1. Revelations speaks of a New Jerusalem and it was understood by the early church to be a representation of the church.  (what the church could be)  So when John speaks of a river of life and tree of life whose leaves will be the healing of the nations, those monuments are found within the city, the community of God.  (Cities today are not always thought of in golden, philosophical terms as a place of communal strivings and idealistic living; they are instead dirty, unsalvageable, disposable.
    2. “Here the city is no longer a dense, dark collection of human vices, but a renewed community that ‘has no need of sun or moon to shine on it’ (Rev. 21:23), for it is now the light of God that illumines its streets … The new Jerusalem is thus a place of safety and inclusion (its gates are always open) and a beacon of hope to all people (nations will walk by its light).  This, then, is the vision held out for us of the church’s own life: it is a place of consummation for the purposes for which God created humanity.”[1] 
    3. The city of God in Revelation is idealistic, utopian – some might say unreachable even.
    4. This is why it gets so sticky for us today.  We, who know intimately, how the church can fail to live up to this high standard of living, can we truly believe that the church can model for society how to live well with one another?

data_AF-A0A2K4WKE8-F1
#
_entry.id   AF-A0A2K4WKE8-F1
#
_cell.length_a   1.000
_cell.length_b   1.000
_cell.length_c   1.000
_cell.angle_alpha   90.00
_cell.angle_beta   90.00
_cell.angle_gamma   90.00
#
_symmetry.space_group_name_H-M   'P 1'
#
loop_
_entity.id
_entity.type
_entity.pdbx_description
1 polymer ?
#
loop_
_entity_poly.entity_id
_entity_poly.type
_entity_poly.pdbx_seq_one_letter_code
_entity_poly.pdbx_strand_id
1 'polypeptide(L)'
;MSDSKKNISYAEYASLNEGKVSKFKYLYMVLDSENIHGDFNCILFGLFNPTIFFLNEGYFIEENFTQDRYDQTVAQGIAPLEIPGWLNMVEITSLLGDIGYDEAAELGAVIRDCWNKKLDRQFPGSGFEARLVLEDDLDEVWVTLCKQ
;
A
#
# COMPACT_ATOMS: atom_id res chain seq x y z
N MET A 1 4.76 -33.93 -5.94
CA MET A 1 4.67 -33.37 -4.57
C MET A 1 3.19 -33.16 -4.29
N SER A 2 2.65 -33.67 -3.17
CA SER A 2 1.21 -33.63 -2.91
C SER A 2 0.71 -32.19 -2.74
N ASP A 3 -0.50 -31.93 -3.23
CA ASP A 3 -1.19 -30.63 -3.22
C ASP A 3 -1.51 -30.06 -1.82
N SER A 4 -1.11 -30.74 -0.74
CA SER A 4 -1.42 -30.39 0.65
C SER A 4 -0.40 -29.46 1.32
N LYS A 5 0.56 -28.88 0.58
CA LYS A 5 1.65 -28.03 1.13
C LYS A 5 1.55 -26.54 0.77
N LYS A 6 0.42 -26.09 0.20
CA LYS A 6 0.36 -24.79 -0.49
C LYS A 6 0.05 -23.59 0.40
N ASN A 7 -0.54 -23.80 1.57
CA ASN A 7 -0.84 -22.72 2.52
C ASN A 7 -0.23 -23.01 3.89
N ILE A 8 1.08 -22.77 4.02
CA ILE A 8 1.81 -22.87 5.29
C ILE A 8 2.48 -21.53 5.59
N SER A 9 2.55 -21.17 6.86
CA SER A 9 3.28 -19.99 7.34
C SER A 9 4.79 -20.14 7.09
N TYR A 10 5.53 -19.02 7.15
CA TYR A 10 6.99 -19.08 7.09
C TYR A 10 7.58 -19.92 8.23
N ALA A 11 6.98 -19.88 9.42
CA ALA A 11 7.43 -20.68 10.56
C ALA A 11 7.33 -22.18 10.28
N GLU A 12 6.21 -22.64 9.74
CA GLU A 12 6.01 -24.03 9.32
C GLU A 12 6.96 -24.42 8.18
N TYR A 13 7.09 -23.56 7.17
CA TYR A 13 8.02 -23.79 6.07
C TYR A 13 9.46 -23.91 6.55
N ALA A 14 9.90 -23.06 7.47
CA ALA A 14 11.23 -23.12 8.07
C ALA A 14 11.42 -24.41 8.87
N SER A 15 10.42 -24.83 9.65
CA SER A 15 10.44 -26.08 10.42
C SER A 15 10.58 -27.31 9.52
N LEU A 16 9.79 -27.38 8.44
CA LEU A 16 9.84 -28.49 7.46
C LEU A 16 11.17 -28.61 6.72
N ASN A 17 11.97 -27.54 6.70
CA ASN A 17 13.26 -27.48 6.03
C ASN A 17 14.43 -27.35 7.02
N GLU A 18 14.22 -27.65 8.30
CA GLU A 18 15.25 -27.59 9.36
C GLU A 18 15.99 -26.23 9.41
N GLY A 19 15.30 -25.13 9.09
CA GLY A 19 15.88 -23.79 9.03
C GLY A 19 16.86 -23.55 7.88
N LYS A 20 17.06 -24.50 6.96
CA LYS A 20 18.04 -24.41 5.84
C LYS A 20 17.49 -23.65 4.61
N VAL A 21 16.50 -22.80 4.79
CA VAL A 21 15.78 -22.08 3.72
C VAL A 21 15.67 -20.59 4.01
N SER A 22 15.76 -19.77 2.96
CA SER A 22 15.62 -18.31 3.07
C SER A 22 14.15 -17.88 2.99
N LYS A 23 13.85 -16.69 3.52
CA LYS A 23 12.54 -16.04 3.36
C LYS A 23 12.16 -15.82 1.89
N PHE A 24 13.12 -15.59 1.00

i.      The recent recurrence of the continuing problem of sex abuse and child abuse within the Catholic church is a symbol of a church-wide crisis that has followed multiple ethic’s violations perpetrated by pastors upon individuals and churches. 

                                                                        ii.      How do we reconcile the reality of living in a broken world … even while we claim Christ’s light for our lives?

  1. Passing the peace of Christ
    1. Maybe peace isn’t an absence of something, but instead is its own presence.  Maybe peace is something all on its own.  Maybe it creates something positive, makes something wonderful possible.”[2]